The combination of a less consequential climate summit with uncertainty on the homefront may be the right mix for chief executives to take a pass on this year’s gathering. But it’s not necessarily a signal that investors and the private sector more broadly are losing interest.

“There’s a number of dynamics that I think it’s important to understand,” said Alden Meyer, a senior associate at the climate think tank E3G. “I think all the indications are they see this as critical to their future not only in terms of complying with what governments are demanding, but what their shareholders, their financial partners, their suppliers and customers and probably most importantly, their employees are demanding.”

‘Show and tell’ time

Much of the discussion in Egypt will focus on what governments have committed to and delivered, as well as the role international financial institutions such as the World Bank have to play in directing finance where it’s needed and leveraging private-sector capital.

That doesn’t mean businesses and investors don’t matter. As finance leaders and climate chiefs like John Kerry often point out: no single government has enough to money to solve the problem.

But waving the flag for net zero isn’t enough, said James Vaccaro, executive director of Climate Safe Lending, a network aimed at decarbonizing the banking sector, and a member of the advisory board to the Glasgow Financial Alliance for Net Zero. “You’ve got to show us what the plan is and how you’re going to do that,” he said.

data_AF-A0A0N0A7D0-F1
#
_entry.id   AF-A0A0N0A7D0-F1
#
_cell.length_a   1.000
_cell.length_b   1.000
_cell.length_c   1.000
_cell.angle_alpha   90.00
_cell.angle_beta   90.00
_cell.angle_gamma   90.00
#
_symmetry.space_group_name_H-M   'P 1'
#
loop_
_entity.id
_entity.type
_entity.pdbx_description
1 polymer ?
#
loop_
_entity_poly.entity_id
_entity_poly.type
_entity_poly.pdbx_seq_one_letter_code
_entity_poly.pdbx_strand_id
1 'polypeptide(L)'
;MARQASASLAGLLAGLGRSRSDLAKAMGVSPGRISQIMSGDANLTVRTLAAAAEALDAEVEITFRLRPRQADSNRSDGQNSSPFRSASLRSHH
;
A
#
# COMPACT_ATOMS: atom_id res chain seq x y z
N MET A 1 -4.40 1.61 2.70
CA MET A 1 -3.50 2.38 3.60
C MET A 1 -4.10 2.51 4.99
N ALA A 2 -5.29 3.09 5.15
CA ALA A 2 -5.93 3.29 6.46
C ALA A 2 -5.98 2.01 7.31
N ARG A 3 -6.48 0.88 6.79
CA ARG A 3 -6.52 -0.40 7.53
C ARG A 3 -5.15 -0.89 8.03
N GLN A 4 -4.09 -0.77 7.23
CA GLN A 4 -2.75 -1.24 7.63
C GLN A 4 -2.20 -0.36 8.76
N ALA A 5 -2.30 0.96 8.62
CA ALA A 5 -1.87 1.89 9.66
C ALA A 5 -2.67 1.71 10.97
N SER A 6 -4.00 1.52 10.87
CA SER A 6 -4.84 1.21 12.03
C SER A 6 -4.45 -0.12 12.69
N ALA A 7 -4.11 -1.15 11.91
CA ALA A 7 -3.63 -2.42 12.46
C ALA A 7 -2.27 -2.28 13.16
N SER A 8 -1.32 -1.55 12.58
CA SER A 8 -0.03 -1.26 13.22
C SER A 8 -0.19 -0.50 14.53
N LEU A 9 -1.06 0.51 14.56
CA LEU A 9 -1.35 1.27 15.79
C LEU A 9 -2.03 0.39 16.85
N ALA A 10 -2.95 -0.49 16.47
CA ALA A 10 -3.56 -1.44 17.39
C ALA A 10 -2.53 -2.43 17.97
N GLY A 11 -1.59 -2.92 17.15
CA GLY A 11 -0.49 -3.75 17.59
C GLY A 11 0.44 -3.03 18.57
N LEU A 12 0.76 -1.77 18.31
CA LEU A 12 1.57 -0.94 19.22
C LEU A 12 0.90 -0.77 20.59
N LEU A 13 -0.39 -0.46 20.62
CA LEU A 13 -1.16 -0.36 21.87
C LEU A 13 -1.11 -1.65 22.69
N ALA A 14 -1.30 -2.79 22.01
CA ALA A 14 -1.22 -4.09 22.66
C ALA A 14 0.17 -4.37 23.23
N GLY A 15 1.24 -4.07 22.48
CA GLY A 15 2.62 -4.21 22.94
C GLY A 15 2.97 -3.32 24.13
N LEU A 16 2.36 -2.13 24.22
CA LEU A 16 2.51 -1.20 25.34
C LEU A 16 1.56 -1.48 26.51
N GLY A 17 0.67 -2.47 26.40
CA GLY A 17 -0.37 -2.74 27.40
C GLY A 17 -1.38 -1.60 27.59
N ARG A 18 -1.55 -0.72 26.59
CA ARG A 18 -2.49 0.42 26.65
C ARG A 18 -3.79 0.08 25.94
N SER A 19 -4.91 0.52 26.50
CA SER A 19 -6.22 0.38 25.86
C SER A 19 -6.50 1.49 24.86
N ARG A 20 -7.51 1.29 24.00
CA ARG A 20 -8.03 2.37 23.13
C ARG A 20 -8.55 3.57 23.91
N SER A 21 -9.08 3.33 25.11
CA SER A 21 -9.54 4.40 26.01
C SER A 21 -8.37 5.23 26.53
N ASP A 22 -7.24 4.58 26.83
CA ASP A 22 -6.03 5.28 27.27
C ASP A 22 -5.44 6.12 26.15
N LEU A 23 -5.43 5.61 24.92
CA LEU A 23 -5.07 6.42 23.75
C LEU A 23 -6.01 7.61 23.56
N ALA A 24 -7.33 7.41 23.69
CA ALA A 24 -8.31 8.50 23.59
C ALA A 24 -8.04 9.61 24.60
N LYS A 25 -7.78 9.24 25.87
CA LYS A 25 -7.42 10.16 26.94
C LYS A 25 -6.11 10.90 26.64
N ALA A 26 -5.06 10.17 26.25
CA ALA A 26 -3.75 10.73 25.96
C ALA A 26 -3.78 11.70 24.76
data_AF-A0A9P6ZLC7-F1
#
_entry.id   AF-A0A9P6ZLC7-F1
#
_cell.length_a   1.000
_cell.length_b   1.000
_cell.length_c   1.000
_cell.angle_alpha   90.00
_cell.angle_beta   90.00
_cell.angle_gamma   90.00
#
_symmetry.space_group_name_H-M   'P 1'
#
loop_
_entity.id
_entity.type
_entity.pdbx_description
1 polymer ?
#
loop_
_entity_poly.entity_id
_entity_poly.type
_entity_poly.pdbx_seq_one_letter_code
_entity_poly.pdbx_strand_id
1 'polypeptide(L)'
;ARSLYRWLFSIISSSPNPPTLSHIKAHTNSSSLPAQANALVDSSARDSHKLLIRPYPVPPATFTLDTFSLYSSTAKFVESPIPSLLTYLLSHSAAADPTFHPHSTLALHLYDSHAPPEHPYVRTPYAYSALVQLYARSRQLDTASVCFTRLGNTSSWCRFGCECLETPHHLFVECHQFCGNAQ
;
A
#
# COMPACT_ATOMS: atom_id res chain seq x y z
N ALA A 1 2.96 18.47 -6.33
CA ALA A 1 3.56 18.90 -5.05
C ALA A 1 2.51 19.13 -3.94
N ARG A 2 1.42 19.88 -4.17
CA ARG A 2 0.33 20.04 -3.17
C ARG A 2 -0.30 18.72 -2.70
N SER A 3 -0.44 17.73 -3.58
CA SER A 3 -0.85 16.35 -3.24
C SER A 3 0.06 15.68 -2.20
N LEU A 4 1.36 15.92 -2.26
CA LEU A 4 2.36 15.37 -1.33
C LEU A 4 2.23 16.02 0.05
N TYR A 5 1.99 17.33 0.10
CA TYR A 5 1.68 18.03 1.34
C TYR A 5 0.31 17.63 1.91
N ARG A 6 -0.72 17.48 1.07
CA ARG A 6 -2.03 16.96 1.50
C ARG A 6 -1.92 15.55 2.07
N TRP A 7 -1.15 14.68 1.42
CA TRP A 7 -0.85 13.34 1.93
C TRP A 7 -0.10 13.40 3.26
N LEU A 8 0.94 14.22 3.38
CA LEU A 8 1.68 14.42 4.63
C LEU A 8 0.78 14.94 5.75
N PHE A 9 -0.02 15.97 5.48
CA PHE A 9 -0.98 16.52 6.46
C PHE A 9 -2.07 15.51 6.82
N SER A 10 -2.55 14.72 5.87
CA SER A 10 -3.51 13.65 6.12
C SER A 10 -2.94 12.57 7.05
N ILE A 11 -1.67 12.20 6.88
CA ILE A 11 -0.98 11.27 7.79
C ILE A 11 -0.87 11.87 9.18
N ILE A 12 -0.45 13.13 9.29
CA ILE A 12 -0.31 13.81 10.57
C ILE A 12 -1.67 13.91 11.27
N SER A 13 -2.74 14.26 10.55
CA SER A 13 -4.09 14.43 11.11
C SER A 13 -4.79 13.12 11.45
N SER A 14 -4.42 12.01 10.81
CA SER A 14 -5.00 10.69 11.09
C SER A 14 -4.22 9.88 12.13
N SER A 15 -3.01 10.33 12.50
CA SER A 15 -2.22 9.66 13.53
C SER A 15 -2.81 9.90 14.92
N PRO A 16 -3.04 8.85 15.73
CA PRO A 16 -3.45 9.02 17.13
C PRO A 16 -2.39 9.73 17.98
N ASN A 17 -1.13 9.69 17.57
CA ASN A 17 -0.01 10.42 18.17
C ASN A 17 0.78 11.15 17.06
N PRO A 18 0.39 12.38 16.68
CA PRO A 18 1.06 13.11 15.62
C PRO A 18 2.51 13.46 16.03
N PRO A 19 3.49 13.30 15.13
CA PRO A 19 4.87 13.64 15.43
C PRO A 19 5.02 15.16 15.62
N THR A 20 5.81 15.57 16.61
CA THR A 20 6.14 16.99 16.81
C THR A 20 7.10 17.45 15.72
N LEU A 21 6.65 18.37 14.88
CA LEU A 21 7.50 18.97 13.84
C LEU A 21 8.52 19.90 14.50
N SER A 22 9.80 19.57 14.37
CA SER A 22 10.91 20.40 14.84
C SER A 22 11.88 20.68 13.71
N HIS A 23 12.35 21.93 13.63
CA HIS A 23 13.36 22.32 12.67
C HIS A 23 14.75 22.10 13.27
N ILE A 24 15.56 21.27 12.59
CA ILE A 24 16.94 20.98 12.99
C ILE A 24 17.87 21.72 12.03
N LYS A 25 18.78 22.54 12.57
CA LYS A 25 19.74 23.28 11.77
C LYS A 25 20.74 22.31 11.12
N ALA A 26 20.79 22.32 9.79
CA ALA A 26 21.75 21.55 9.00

Progress has been slow.

“Last year it was all about banging the drum for commitment. Now it’s the show and tell, and there is not yet enough show and tell, despite the fact that there are a number of people really working hard within those organizations,” said Vaccaro.

The Glasgow Financial Alliance for Net Zero has faced challenges and pushback for attempting to dictate how the companies that have made a pledge to zero out their emissions go about achieving it. Climate activists have called on GFANZ to set rules that members commit to limiting fossil fuel financing, but the alliance hasn’t done so, saying there is not a one-size-fits-all solution for every firm (Climatewire, April 21). Another criticism of the coalition is that it’s voluntary. And voluntary action alone is never going be enough to force the financial system to shift, said Justin Guay, director of global climate strategy at the Sunrise Project.

“We’re getting some movement, it’s having very real impacts in the real economy, the cost of capital for coal has gone through the roof, because institutional investors are shunning it,” he said. “But you can only go so far before regulators actually need to force their hand.”

That’s where chief executives from big banks and asset managers can have the most impact, said Vaccaro.

“You will hear banks continually saying … ‘Well, we can do all these good things. But we can’t do it on our own without governments giving us the policy frameworks,'” he said.

But Vaccaro added that banks have been relatively quiet about what policies they want to get there — and that’s a problem.

“Banks are not passengers on this journey. They’re pretty bloody influential. Therefore, their silence is deafening,” he said.

Sharma, head of the Glasgow summit, said he’d like to see the businesses that committed to net zero last year follow up with detailed plans for how they’re going to reach that target.

They’re working on them, said Spalding from Ceres. BlackRock and other asset managers have set interim targets and are developing action plans to show how they’ll get there and what progress they’re making, she said.

For Vaccaro, much of that is still more about preparation than action.

But movement is building, said Guay from the Sunrise Project.

“The activity and the commitments from the corporate and the financial sector, in particular, continue to chug along regardless of whether or not these guys show up at international meetings,” he said.